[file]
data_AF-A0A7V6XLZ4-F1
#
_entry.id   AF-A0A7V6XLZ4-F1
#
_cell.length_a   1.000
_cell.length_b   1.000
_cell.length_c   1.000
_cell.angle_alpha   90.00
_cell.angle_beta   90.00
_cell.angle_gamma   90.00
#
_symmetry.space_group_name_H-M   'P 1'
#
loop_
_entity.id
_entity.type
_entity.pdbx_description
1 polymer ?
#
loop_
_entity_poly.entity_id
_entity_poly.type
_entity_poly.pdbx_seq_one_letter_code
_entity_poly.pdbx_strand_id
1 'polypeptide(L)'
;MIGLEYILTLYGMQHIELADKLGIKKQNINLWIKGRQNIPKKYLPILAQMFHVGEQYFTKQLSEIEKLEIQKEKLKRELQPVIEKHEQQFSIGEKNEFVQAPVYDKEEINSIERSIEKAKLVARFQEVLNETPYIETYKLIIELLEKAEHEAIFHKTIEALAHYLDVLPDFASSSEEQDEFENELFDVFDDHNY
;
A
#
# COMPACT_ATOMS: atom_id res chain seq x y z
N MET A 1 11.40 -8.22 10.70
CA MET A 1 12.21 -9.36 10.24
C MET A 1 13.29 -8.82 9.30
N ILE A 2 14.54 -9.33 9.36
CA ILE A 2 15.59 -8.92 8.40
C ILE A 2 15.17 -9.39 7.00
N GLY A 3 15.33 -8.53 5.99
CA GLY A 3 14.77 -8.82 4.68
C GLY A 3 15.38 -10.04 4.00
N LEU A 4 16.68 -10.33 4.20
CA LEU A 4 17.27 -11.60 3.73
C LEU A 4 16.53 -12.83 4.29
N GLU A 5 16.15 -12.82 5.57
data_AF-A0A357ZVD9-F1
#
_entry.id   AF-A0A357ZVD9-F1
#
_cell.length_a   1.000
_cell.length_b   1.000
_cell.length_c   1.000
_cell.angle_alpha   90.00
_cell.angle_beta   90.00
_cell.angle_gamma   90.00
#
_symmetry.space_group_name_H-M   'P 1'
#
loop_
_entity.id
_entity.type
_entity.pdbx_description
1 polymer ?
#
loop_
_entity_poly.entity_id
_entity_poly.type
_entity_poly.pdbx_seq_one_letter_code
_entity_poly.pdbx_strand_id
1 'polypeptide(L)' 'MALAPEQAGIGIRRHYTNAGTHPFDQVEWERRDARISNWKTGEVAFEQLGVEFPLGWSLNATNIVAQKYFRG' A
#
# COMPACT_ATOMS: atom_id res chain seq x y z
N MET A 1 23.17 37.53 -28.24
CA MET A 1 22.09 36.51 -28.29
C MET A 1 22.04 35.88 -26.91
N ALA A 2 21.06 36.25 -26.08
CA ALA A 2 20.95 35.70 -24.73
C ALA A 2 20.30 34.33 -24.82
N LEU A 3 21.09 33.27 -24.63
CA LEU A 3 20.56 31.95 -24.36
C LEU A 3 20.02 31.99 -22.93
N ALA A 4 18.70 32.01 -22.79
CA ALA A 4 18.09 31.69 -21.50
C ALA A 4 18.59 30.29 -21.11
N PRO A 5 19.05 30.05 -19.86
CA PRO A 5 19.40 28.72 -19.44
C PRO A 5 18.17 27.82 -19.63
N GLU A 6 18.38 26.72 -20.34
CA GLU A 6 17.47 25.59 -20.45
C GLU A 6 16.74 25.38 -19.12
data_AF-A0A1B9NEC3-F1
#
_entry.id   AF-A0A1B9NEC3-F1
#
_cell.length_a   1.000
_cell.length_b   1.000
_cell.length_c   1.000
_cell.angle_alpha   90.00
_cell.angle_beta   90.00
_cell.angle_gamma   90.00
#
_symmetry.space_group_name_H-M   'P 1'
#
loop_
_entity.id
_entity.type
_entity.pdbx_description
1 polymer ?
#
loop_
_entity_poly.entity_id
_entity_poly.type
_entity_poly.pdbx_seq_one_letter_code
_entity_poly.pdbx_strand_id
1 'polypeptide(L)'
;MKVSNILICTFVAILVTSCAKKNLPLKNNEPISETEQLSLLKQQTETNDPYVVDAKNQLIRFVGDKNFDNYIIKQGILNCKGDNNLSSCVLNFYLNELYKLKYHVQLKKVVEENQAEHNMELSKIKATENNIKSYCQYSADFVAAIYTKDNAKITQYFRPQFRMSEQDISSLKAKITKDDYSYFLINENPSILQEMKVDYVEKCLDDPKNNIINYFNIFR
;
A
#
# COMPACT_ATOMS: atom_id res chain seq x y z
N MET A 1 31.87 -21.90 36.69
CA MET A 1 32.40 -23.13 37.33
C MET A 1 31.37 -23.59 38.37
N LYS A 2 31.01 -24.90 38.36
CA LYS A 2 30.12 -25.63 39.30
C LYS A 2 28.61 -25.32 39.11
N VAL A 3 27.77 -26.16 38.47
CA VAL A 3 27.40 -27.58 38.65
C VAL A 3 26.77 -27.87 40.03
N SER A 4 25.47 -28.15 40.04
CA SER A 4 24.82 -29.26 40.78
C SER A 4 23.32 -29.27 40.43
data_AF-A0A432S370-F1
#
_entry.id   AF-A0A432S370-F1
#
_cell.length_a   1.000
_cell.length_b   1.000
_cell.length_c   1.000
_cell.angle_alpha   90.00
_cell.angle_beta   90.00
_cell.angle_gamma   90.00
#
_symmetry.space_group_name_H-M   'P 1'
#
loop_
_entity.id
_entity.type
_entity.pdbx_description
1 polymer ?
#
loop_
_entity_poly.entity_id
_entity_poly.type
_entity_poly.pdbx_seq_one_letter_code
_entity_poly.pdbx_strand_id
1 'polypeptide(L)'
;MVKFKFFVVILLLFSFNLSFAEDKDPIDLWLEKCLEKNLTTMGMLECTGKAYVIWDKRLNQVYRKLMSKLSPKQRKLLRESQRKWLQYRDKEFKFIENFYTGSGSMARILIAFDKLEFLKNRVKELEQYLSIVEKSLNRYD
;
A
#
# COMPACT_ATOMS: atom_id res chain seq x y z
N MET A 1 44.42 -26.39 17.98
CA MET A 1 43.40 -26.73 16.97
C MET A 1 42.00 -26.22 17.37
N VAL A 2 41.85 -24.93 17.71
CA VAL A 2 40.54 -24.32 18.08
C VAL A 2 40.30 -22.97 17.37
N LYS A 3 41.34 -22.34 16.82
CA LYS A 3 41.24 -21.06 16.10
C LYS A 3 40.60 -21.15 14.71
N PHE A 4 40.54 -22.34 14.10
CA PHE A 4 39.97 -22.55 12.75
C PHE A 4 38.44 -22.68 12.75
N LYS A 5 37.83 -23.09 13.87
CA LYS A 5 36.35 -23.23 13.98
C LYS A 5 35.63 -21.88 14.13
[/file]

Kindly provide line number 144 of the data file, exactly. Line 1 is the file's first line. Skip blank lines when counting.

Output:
loop_